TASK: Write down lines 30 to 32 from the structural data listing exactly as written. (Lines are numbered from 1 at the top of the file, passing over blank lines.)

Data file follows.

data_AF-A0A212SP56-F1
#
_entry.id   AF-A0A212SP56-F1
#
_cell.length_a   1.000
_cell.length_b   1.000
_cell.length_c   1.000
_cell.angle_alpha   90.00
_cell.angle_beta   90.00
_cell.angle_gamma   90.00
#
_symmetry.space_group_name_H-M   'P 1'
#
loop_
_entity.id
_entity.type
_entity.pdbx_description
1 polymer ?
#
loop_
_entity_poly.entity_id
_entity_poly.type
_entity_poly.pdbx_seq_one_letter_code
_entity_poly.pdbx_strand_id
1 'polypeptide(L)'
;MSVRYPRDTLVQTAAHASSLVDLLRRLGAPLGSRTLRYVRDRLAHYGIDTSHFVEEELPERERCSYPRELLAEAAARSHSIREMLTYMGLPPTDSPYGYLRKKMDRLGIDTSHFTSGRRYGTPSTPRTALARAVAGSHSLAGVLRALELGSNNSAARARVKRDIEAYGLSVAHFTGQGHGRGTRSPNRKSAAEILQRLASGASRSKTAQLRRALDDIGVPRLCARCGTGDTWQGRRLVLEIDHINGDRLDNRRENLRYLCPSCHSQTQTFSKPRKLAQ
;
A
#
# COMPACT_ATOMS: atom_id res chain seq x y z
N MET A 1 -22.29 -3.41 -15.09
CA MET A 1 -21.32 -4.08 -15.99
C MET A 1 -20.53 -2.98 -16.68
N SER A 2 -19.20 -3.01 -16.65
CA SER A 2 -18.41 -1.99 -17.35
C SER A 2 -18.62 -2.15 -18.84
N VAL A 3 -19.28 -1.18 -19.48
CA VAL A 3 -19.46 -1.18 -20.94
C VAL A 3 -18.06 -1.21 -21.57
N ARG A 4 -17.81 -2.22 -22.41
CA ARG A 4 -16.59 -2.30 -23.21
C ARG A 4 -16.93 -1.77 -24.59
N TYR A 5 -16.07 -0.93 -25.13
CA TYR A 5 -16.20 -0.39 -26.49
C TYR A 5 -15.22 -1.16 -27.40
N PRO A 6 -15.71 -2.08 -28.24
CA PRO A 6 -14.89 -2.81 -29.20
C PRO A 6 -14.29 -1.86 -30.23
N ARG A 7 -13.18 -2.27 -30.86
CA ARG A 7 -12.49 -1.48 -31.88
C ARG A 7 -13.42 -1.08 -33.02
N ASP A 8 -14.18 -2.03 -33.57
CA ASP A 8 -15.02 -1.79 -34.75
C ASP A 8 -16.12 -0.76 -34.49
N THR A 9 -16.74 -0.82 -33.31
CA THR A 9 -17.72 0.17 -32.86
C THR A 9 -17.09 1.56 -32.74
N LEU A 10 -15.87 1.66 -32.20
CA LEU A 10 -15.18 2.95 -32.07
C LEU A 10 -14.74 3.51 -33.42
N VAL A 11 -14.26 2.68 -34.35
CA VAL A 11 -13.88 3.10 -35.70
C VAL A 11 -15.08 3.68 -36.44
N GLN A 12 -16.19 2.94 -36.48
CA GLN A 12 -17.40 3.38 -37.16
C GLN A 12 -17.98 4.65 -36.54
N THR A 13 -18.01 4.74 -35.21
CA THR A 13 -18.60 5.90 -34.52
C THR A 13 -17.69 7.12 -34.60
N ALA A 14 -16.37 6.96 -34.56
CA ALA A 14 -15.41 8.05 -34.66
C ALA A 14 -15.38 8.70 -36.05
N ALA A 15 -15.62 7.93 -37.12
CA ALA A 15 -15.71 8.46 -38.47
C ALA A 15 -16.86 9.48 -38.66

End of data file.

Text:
# COMPACT_ATOMS: atom_id res chain seq x y z
N MET A 1 -22.29 -3.41 -15.09
CA MET A 1 -21.32 -4.08 -15.99